|Filed June 1, 1995|
Joyce Burr, Plaintiff and Appellant
Cheryl Kulas and Donald K. Lemon, Ph.D., Defendants and Appellees
Civil No. 940345
Appeal from the District Court for Burleigh County, South Central Judicial District, the Honorable Dennis A. Schneider, Judge.
AFFIRMED IN PART, REVERSED IN PART, AND REMANDED.
Opinion of the Court by VandeWalle, Chief Justice.
Irvin B. Nodland, P.C., Bismarck, for plaintiff and appellant.
Sara Beth Gullickson, Assistant Attorney General, Fargo, for defendant and appellee Cheryl Kulas.
David E. Reich, Special Assistant Attorney General, of Pearce & Durick, Bismarck, for defendant and appellee Donald K. Lemon.
Burr v. Kulas
VandeWalle, Chief Justice.
Joyce Burr appealed from an order denying her motion to reconsider the trial court's order granting summary judgment dismissing her action against Cheryl Kulas and Donald K. Lemon on the ground of sovereign immunity and affirming the initial order. We affirm in part, reverse in part, and remand for further proceedings.
In 1993, Burr sued Kulas and Lemon, alleging: (1) Burr began doctoral studies at the University of North Dakota in 1985, with Lemon as her advisor; (2) Burr stored her original works, ideas, documents, and manuscripts on computer discs in her desk in her office at U.N.D.; (3) Near the end of February 1989, Burr underwent surgery requiring her hospitalization for nearly two weeks; (4) In March 1989, Lemon authorized the theft of Burr's doctoral materials; (5) After the theft of Burr's property, it was delivered to Kulas, who used Burr's creative ideas and materials for professional, financial and other gain; (6) Kulas knowingly used the stolen property for the purpose of writing and submitting to the University of Arizona a master's thesis, which Kulas copyrighted to prevent anyone, including Burr, from using or duplicating materials therein; (7) Kulas, Lemon, and others conspired to commit theft of computer discs and other written materials containing valuable original ideas and conspired to put Burr's property to their use; (8) Lemon and Kulas violated Ch. 12.1-06.1, N.D.C.C.,1 in stealing, receiving, or using her property. Burr's prayer for relief sought damages for loss of a doctoral degree and associated employment opportunities, theft and conversion of original intellectual property, infliction of emotional harm, punitive damages, a trebling of the basic damage award under 12.1-06.1-03, N.D.C.C., and reasonable attorney fees, costs, and expenses.
Kulas answered the complaint by generally denying the material allegations, specifically denying any intentional or wrongful conduct, and asserting that she was entitled to statutory immunity under 26.1-21-10.1, N.D.C.C. Lemon answered with a general denial, asserted that the complaint failed to state a claim upon which relief could be granted, asserted that his actions "were taken in his official capacity as a professor at UND and therefore the claims against him are barred by sovereign immunity," and asserted that Burr's claim against him "in his individual capacity is barred by qualified immunity and statutory immunity."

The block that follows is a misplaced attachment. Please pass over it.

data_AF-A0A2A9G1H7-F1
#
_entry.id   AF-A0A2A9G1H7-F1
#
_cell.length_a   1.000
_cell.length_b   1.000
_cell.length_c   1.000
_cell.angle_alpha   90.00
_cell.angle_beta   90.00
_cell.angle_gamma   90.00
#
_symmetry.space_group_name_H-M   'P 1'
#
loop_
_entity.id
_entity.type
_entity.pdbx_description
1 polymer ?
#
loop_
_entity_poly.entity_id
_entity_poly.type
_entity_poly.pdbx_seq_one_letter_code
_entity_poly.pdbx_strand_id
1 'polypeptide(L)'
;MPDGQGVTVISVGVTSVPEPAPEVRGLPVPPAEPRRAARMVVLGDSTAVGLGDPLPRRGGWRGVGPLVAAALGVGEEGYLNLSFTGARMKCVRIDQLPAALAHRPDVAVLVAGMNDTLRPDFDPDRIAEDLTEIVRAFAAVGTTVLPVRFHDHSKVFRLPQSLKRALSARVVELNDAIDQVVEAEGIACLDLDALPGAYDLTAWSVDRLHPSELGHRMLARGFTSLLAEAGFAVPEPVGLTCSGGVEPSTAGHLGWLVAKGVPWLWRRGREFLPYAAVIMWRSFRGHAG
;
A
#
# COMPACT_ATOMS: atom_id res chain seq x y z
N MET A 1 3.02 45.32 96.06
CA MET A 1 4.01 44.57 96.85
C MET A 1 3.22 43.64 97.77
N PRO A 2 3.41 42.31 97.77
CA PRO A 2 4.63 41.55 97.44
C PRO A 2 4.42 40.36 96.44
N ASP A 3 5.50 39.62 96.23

On May 23, 1994, Lemon Filed a motion to change venue of the action against him from the district court of Burleigh County to the district court of Grand Forks County and to consolidate it for trial with the related pending case of Joyce Burr v. Richard G. Landry. The trial court denied the motion to change venue on the ground that it was untimely under 28-04-06, N.D.C.C., and because Lemon failed to show that the requested change of venue would promote the convenience of witnesses or the ends of justice. The trial court denied the motion to consolidate because that motion was mooted by the court's failure to grant the change of venue to Grand Forks County.
Kulas moved for judgment on the pleadings under Rule 12, N.D.R.Civ.P., or for summary judgment under Rule 56, N.D.R.Civ.P. Burr resisted the motion. After Kulas and Burr Filed their briefs and supporting documents, the trial court granted Kulas's motion for summary judgment dismissing the action on the ground of sovereign immunity. The trial court also dismissed Burr's claim against Lemon, even though he did not move for summary judgment, reasoning that, as to Lemon "the result as a matter of law would be the same" as it was with Kulas.2 The trial court denied Burr's motion for reconsideration and Burr appealed.
Except for discretionary acts, in Bulman v. Hulstrand Constr. Co., Inc., 521 N.W.2d 632 (N.D. 1994), a majority of this court abolished the State's sovereign immunity from tort liability. The court applied the decision prospectively, except for it and two other cases:
"Furthermore, although we abrogate the State's sovereign immunity from tort liability, we conclude that abrogation should be prospective so that the Legislature can implement and plan in advance by securing liability insurance, or by creating funds necessary for self-insurance. Accordingly, except as to this case and two contemporaneous cases decided today, Farris v. North Dakota Centennial Commission, 521 N.W.2d 643 (N.D. 1994), and Hosman v. North Dakota State University, 521 N.W.2d 643 (N.D. 1994), we abolish sovereign immunity for claims arising fifteen days after adjournment of the fifty-fourth legislative assembly."
521 N.W.2d at 640.3